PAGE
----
South Africa’s president Cyril Ramaphosa left scientists out of his ‘new dawn’ rhetoric last week, scarcely mentioning research or science in his State of the Nation Address on 7 February.
Speaking before an uncharacteristically sedate parliament, Ramaphosa announced a presidential commission on the fourth industrial revolution, a leitmotif since his days as deputy president.
The commission “will identify and recommend policies, strategies and plans that will position South Africa as a global competitive player within the digital revolution space”, he said.
He also promised that new scientific subjects would be introduced in schools, including technical mathematics, maritime science, aviation studies, mining, robotics and artificial intelligence, and aquaponics.
Ramaphosa said South Africa faces the “stark choice” of using technology for development or being overtaken by technological change. He did not explicitly mention science or research, except for touting the government’s achievements in supporting the former, especially in astronomy.
Parliament speaks out
In contrast, the state of the nation debate on 12 February made more mention of science, technology and university-related business.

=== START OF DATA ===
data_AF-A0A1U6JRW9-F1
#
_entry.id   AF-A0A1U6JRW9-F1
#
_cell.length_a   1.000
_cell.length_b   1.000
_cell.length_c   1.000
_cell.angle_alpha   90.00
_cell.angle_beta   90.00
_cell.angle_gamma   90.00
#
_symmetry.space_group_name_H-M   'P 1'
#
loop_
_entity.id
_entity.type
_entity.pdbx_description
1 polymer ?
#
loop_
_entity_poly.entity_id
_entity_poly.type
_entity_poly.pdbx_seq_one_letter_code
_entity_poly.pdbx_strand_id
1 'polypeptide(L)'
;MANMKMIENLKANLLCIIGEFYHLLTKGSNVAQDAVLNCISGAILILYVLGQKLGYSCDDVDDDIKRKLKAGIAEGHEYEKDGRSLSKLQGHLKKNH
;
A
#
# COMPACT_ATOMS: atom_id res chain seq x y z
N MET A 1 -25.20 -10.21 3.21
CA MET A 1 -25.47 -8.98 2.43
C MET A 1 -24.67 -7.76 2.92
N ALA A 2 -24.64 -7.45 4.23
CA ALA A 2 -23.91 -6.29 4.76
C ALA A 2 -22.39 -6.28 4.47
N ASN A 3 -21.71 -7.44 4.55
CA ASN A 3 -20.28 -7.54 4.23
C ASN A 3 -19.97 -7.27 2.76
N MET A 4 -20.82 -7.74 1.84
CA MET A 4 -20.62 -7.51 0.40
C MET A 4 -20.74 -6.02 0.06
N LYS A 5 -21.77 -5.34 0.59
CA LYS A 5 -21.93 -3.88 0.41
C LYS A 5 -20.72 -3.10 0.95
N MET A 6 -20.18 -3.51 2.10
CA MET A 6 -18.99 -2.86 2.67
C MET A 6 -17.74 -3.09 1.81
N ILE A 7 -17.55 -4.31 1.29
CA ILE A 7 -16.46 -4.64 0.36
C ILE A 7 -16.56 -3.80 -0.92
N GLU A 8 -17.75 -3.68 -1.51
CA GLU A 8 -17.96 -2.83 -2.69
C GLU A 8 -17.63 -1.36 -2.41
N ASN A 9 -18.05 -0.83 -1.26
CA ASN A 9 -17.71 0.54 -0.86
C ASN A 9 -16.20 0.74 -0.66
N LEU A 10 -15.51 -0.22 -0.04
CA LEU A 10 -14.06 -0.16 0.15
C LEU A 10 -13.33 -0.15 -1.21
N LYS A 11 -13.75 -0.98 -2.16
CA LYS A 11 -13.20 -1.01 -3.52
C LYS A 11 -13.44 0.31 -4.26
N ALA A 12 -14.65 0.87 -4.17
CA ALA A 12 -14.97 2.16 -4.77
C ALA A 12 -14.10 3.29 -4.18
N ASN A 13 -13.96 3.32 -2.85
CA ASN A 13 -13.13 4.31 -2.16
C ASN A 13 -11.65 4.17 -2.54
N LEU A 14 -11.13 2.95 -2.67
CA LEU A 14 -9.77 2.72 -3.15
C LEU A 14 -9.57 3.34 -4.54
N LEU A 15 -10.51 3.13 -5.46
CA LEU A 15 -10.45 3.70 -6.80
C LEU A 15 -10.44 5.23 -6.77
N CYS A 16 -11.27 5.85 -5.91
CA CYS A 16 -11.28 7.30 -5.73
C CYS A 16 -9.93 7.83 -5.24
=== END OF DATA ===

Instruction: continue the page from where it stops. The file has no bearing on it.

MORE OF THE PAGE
MPs heard higher education minister Naledi Pandor say the government is working to resolve the protests at the country’s universities. “It is imperative that we don’t allow any person to hijack legitimate protests for political mischief,” she said.
Pandor, while championing the advances in science and research made by the ruling African National Congress (she was previously science minister), said that the country still needs more young people in science, technology, engineering, mathematics, as well as more postgraduate students.
Speakers for opposition party the Economic Freedom Fighters (EFF) echoed their recently published manifesto, and placed more emphasis on science and research during the debate than the ANC or the other opposition parties.
The EFF’s Delisile Ngwenya said that the country will be “condemned to self-immolation” if it does not invest more in research. “We must, as a matter urgency, prioritise our research and development, and science and technology to ensure that our young people are equipped at an early age to deal with requirements in the era of the fourth industrial revolution,“ she said.
EFF leader Julius Malema said that the government should do away with deputy ministers and reduce the cabinet. “Why can’t we merge education and science and technology together?” he asked.
He also criticised Pandor for failing to engage with university protests: “People are being killed, universities are burning and she is nowhere.”
The largest opposition party, the Democratic Alliance, made almost no mention of science, research or innovation during its responses to Ramaphosa’s address. Much of the DA’s intervention focused on issues of corruption, crime, service delivery and the 2019 elections. Only Yusuf Cassim mentioned that university education is in crisis and that the National Student Financial Aid Scheme “is a complete shamble”.